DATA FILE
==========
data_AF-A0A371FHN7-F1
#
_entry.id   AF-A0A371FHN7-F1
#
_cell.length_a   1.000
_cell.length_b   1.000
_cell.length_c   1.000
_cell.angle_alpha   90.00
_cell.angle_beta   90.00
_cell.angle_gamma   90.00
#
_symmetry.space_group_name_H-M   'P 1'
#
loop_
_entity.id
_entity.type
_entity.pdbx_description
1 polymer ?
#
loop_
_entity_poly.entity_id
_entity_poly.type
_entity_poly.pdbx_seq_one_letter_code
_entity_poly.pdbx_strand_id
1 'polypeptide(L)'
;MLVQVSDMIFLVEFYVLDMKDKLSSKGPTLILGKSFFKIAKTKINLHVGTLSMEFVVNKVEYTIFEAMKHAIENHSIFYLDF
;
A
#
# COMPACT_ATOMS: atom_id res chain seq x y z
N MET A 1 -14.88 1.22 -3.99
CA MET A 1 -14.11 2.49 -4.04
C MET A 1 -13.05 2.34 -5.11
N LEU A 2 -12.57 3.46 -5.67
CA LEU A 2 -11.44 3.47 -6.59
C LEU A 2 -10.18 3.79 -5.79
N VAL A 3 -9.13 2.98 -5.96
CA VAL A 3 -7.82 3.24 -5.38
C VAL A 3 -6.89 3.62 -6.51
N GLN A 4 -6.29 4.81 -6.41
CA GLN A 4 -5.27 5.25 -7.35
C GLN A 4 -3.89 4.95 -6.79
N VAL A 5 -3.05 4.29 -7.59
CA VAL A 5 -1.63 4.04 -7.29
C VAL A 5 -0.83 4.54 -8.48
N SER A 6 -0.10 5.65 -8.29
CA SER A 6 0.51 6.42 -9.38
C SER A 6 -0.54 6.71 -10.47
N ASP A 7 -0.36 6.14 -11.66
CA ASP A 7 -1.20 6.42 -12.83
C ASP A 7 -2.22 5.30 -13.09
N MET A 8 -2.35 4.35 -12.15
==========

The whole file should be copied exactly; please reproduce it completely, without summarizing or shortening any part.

data_AF-A0A371FHN7-F1
#
_entry.id   AF-A0A371FHN7-F1
#
_cell.length_a   1.000
_cell.length_b   1.000
_cell.length_c   1.000
_cell.angle_alpha   90.00
_cell.angle_beta   90.00
_cell.angle_gamma   90.00
#
_symmetry.space_group_name_H-M   'P 1'
#
loop_
_entity.id
_entity.type
_entity.pdbx_description
1 polymer ?
#
loop_
_entity_poly.entity_id
_entity_poly.type
_entity_poly.pdbx_seq_one_letter_code
_entity_poly.pdbx_strand_id
1 'polypeptide(L)'
;MLVQVSDMIFLVEFYVLDMKDKLSSKGPTLILGKSFFKIAKTKINLHVGTLSMEFVVNKVEYTIFEAMKHAIENHSIFYLDF
;
A
#
# COMPACT_ATOMS: atom_id res chain seq x y z
N MET A 1 -14.88 1.22 -3.99
CA MET A 1 -14.11 2.49 -4.04
C MET A 1 -13.05 2.34 -5.11
N LEU A 2 -12.57 3.46 -5.67
CA LEU A 2 -11.44 3.47 -6.59
C LEU A 2 -10.18 3.79 -5.79
N VAL A 3 -9.13 2.98 -5.96
CA VAL A 3 -7.82 3.24 -5.38
C VAL A 3 -6.89 3.62 -6.51
N GLN A 4 -6.29 4.81 -6.41
CA GLN A 4 -5.27 5.25 -7.35
C GLN A 4 -3.89 4.95 -6.79
N VAL A 5 -3.05 4.29 -7.59
CA VAL A 5 -1.63 4.04 -7.29
C VAL A 5 -0.83 4.54 -8.48
N SER A 6 -0.10 5.65 -8.29
CA SER A 6 0.51 6.42 -9.38
C SER A 6 -0.54 6.71 -10.47
N ASP A 7 -0.36 6.14 -11.66
CA ASP A 7 -1.20 6.42 -12.83
C ASP A 7 -2.22 5.30 -13.09
N MET A 8 -2.35 4.35 -12.15